Stacking The Shelves is a weekly meme created by Tynga’s Reviews and hosted by Reading Reality.
It’s all about sharing the books we’ve picked up for the week, whether they are bought, borrowed, gifted, galleys, physical or virtual.
Share your shelves and remember to visit Tynga’s Reviews where it all started to find more great books!
Thanks to Scholastic Australia for sending me this book for review!
Promise by Alexandra Alt
At 15, Lene is questioning everything. She is sick of the compulsory League of German Girls meetings, and everyone being made to fight for a final victory that never seems to come. She is in love with Ludwig who lives upstairs and listens to enemy broadcasts. Like Lene, he rejects the war and the endless Nazi indoctrination. But he has caught the attention of his ruthless Hitler Youth squad leader, Kurt. Unwittingly drawn into a dangerous game of cat and mouse, Lene has to watch every step, every word to protect those she loves. When Ludwig is ordered to the Eastern Front, can Lene and Ludwig hold on to their promise to one another and resurface from the darkness of the abyss in post war Berlin?
Thanks to Bloomsbury Australia for sending me the following for review:
Toffee by Sarah Crossan
I am not who I say I am,
and Marla isn’t who she thinks she is.
I am a girl trying to forget.
She is a woman trying to remember.
Allison has run away from home and with nowhere to live finds herself hiding out in the shed of what she thinks is an abandoned house. But the house isn’t empty. An elderly woman named Marla, with dementia, lives there – and she mistakes Allison for an old friend from her past called Toffee.
Allison is used to hiding who she really is, and trying to be what other people want her to be. And so, Toffee is who she becomes. After all, it means she has a place to stay. There are worse places she could be.
But as their bond grows, and Allison discovers how much Marla needs a real friend, she begins to ask herself – where is home? What is a family? And most importantly, who am I, really?
The Gifted, the Talented, and Me by William Sutcliffe
Laugh-out-loud funny and instantly recognisable – not since The Inbetweeners has a coming of age story been so irreverent and relatable.
Fifteen-year-old Sam isn’t special. He’s not a famous vlogger, he’s never gone viral, and he doesn’t want to be the Next Big Thing. What he likes most is chatting to his friends and having a bit of a kick about.
None of which was a problem until Dad got rich and Mum made the whole family move to London. Now Sam is being made to go to the North London Academy for the Gifted and Talented, where every student is too busy planning Hollywood domination or starting alt-metal psychedelica crossover bands or making clothes out of bathmats to give someone as normal as him the time of day. Can Sam navigate his way through the weirdness and find a way to be himself?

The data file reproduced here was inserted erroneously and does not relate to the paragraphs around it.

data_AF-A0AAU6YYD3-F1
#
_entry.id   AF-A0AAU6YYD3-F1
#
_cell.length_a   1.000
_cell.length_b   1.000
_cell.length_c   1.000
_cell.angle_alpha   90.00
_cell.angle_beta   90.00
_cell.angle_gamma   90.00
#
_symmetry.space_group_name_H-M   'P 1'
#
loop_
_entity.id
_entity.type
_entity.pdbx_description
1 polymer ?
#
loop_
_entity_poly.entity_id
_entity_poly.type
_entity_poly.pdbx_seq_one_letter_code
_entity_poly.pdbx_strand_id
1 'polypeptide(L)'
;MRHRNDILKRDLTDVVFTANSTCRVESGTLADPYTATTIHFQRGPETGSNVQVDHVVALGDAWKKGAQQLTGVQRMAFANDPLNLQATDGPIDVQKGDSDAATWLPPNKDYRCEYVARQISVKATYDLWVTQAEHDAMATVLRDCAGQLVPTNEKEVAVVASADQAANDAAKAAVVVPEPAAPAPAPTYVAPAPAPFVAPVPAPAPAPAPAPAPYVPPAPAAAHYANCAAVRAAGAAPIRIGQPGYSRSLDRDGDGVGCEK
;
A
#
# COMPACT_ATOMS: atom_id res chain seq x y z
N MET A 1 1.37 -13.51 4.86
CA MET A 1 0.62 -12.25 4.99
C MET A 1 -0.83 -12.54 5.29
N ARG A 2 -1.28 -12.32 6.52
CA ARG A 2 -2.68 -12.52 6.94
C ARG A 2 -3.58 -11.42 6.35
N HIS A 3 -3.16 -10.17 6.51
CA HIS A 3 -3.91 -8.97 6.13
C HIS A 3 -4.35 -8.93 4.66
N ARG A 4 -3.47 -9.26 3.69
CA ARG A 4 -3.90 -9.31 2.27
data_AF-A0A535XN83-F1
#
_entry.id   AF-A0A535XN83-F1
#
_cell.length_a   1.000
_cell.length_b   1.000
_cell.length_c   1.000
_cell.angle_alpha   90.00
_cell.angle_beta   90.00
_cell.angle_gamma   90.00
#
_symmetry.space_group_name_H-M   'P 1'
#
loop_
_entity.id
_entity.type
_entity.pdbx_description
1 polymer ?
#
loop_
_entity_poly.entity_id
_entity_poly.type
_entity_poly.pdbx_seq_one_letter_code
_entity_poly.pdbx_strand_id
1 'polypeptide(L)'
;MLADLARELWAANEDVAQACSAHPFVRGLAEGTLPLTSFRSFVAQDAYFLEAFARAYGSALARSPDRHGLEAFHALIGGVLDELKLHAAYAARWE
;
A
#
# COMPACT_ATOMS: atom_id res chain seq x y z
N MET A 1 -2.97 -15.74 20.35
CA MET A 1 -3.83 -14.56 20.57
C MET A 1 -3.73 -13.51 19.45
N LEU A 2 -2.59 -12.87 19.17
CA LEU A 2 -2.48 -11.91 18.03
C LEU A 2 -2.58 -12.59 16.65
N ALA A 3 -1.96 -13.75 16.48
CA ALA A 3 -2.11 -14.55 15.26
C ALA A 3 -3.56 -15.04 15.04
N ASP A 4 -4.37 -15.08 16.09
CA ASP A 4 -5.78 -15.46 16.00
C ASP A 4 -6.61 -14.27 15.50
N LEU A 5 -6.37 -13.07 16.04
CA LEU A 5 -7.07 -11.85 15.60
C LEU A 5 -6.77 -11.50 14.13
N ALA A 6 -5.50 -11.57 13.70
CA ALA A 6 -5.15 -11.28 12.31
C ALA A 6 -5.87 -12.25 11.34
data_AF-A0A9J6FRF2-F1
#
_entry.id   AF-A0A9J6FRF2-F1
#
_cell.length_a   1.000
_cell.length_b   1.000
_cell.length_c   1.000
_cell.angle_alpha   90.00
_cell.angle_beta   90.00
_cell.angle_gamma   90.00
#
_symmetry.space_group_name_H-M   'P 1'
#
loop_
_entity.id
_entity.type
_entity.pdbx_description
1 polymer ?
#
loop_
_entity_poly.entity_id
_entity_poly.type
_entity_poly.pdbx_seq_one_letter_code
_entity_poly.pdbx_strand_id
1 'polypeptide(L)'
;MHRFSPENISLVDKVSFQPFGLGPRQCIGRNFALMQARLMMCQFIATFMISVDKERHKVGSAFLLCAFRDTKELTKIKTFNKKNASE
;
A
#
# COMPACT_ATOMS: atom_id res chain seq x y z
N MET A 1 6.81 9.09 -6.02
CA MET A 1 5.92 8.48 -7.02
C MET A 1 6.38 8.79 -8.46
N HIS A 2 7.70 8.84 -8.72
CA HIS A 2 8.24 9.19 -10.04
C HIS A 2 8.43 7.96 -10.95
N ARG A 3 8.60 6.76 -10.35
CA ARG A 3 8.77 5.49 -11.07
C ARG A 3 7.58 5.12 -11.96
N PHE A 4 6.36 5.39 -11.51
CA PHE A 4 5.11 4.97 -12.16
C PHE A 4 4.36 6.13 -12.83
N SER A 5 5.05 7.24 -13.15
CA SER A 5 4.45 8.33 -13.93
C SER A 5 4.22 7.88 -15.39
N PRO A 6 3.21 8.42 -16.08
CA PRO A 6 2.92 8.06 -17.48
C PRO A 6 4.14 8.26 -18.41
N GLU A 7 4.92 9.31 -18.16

A brilliant modern satire about fitting in, falling out and staying true to your own averageness.
Call It What You Want by Brigid Kemmerer
When his dad is caught embezzling funds from half the town, Rob goes from popular lacrosse player to social pariah. Even worse, his father’s failed suicide attempt leaves Rob and his mother responsible for his care.
Everyone thinks of Maegan as a typical overachiever, but she has a secret of her own after the pressure got to her last year. And when her sister comes home from college pregnant, keeping it from her parents might be more than she can handle.
When Rob and Maegan are paired together for a calculus project, they’re both reluctant to let anyone through the walls they’ve built. But when Maegan learns of Rob’s plan to fix the damage caused by his father, it could ruin more than their fragile new friendship…
This captivating, heartfelt novel asks the question: Is it okay to do something wrong for the right reasons?
Little Monsters by Kara Thomas
For fans of Pretty Little Liars, Little Monsters is a new psychological thriller from the author of The Darkest Corners, about appearances versus reality and the power of manipulation among teenage girls.
Kacey is the new girl in Broken Falls. When she moved in with her father, she stepped into a brand-new life. A life with a stepbrother, a stepmother, and, strangest of all, an adoring younger half sister.
Kacey’s new life is eerily charming compared with the wild highs and lows of the old one she lived with her volatile mother. And everyone is so nice in Broken Falls – she’s even been welcomed into a tight new circle of friends. Bailey and Jade invite her to do everything with them.
Which is why it’s so odd when they start acting distant. And when they don’t invite her to the biggest party of the year, it doesn’t exactly feel like an accident.
But Kacey will never be able to ask, because Bailey never makes it home from that party. Suddenly Broken Falls doesn’t seem so welcoming after all – especially once everyone starts looking to the new girl for answers.
Kacey is about to learn some very important lessons: Sometimes appearances can be deceiving. Sometimes when you’re the new girl, you shouldn’t trust anyone.
After really enjoying The Cheerleaders, I wanted to read another of Thomas’ books. Found this on audio at my library.
How We Roll by Natasha Friend
Quinn is a teen who loves her family, skateboarding, basketball, and her friends, but after she’s diagnosed with a condition called alopecia which causes her to lose all of her hair, her friends abandon her. Nick was once a star football player, but because of a freak accident — caused by his brother — he loses both of his legs. Quinn and Nick meet and find the confidence to believe in themselves again, and maybe even love